Professor Wertheim, Personal Chair in Psychology, is a registered psychologist with endorsements in Community Psychology and Clinical Psychology in the Department of Psychology and Counselling at La Trobe. She is a Fellow of the Australian Psychological Society (APS) and a Fellow of the APS College of Community Psychologists and APS College of Clinical Psychologists.
Professor Wertheim has conducted and facilitated many professional development programs in negotiation and conflict analysis. These activities have included working with the United Nations Institute for Training and Research (Geneva) since 1995 in Austria, Norway, and Africa facilitating and lecturing in programs for UN staff and diplomats on the topics of preventive diplomacy and peace making. She is past National Convenor, and has been on the national and state executive committees of Psychologists for Peace, an Interest Group of the Australian Psychological Society. Her research interest in conflict resolution involves examining the factors that lead to forgiveness and reconciliation after perceived wrongs committed by others. The role of mindfulness and its relationship to forgiveness has also been of interest. Professor Wertheim has also worked with education systems and schools to help them develop and implement cooperative conflict resolution approaches and to enhance relationships in their communities.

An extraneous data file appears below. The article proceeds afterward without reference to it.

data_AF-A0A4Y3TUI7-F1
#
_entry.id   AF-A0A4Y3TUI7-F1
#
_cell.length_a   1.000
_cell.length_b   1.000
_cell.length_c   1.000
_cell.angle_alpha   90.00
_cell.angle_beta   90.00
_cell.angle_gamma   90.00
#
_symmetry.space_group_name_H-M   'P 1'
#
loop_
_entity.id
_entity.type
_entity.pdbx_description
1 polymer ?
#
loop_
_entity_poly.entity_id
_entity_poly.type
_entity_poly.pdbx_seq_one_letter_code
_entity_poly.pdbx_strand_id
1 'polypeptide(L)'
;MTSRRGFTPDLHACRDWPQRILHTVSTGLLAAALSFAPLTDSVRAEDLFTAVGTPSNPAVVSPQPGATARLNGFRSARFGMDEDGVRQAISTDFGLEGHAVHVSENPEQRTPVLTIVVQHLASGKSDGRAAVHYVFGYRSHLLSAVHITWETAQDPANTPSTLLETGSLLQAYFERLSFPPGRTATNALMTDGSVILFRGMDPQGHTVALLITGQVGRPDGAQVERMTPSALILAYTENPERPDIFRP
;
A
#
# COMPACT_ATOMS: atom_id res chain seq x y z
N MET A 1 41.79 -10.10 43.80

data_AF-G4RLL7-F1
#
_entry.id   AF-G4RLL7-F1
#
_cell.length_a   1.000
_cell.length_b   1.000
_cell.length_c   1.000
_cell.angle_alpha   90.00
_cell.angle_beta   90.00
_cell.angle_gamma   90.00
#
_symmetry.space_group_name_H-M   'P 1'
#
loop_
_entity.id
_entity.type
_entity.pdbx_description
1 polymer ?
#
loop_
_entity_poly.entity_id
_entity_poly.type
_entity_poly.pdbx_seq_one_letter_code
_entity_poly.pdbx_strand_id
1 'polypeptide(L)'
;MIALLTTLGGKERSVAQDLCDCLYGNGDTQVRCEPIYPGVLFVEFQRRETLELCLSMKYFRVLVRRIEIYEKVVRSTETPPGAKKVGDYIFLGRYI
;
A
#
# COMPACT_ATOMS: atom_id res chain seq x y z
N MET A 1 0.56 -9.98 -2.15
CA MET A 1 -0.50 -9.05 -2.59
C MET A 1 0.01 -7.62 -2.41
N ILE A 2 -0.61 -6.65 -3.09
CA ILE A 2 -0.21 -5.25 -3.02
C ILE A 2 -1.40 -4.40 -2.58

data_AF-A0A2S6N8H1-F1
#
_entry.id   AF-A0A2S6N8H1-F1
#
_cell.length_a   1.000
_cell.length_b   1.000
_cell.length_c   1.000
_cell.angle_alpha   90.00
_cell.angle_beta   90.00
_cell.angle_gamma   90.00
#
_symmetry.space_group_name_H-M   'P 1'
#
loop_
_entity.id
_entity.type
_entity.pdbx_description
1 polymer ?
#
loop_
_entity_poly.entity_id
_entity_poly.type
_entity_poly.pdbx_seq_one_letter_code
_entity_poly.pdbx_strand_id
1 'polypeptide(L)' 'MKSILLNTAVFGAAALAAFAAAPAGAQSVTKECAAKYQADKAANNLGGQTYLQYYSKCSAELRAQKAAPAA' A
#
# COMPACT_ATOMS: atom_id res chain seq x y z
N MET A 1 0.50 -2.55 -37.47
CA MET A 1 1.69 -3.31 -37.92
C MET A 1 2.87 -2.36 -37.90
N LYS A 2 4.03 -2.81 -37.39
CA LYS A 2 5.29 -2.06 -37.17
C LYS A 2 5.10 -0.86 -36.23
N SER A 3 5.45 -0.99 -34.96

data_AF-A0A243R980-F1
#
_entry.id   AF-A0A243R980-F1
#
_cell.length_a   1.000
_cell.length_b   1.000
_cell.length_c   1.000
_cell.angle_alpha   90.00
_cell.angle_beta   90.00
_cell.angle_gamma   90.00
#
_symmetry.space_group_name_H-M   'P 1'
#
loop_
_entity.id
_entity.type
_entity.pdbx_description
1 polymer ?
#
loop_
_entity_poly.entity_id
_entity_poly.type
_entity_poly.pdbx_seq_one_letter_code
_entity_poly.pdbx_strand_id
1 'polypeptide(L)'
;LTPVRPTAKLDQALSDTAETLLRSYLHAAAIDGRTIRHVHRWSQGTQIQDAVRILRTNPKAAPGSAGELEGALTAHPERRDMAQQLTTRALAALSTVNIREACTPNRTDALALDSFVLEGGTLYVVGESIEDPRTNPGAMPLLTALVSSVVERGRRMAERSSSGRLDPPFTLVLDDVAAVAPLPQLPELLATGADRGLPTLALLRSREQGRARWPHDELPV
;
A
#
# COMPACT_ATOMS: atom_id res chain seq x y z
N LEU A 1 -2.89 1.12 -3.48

She contributes to undergraduate, honours and post-graduate programs and teaches in the areas of ethics and professional issues, and peace psychology. She also coordinates an undergraduate psychology field placement subject in partnership with the Victorian Department of Health and Human Services.
Professor Wertheim's clinical psychology interests include research in the area of body image and disordered eating. She has been actively evaluating prevention and early intervention programs for adolescent girls and women, including using internet technology. Her research has examined body image changes over the course of pregnancy and the post-partum period, as well as the effects of mothers' eating patterns and body image on their children. She has also conducted or supervised a variety of studies on topics including longitudinal predictors of disordered eating and examination of sociocultural influences, including social media, in disordered eating and body concerns.